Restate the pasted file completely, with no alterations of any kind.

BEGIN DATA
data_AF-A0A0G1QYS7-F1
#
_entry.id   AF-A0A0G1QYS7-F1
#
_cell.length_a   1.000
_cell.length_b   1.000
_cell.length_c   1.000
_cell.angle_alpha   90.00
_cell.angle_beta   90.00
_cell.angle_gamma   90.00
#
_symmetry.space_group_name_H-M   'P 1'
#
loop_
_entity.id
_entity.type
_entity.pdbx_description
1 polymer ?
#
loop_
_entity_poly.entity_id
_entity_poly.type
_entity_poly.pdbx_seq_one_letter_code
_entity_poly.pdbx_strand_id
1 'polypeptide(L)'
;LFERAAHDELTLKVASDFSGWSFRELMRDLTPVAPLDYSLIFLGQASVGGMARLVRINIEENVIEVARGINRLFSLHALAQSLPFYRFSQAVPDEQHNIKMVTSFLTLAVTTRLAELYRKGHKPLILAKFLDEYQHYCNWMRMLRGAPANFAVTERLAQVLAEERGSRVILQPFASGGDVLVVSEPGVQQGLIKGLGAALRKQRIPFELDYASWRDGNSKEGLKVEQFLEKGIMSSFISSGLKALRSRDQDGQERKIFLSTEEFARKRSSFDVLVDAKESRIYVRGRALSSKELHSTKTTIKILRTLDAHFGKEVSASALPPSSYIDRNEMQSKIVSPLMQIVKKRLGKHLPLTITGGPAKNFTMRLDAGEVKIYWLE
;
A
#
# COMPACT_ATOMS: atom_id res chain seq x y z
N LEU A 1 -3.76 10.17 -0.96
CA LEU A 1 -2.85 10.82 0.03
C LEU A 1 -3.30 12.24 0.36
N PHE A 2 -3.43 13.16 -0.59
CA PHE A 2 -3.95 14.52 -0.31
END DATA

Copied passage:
data_AF-A0A0G1QYS7-F1
#
_entry.id   AF-A0A0G1QYS7-F1
#
_cell.length_a   1.000
_cell.length_b   1.000
_cell.length_c   1.000
_cell.angle_alpha   90.00
_cell.angle_beta   90.00
_cell.angle_gamma   90.00
#
_symmetry.space_group_name_H-M   'P 1'
#
loop_
_entity.id
_entity.type
_entity.pdbx_description
1 polymer ?
#
loop_
_entity_poly.entity_id
_entity_poly.type
_entity_poly.pdbx_seq_one_letter_code
_entity_poly.pdbx_strand_id
1 'polypeptide(L)'
;LFERAAHDELTLKVASDFSGWSFRELMRDLTPVAPLDYSLIFLGQASVGGMARLVRINIEENVIEVARGINRLFSLHALAQSLPFYRFSQAVPDEQHNIKMVTSFLTLAVTTRLAELYRKGHKPLILAKFLDEYQHYCNWMRMLRGAPANFAVTERLAQVLAEERGSRVILQPFASGGDVLVVSEPGVQQGLIKGLGAALRKQRIPFELDYASWRDGNSKEGLKVEQFLEKGIMSSFISSGLKALRSRDQDGQERKIFLSTEEFARKRSSFDVLVDAKESRIYVRGRALSSKELHSTKTTIKILRTLDAHFGKEVSASALPPSSYIDRNEMQSKIVSPLMQIVKKRLGKHLPLTITGGPAKNFTMRLDAGEVKIYWLE
;
A
#
# COMPACT_ATOMS: atom_id res chain seq x y z
N LEU A 1 -3.76 10.17 -0.96
CA LEU A 1 -2.85 10.82 0.03
C LEU A 1 -3.30 12.24 0.36
N PHE A 2 -3.43 13.16 -0.59
CA PHE A 2 -3.95 14.52 -0.31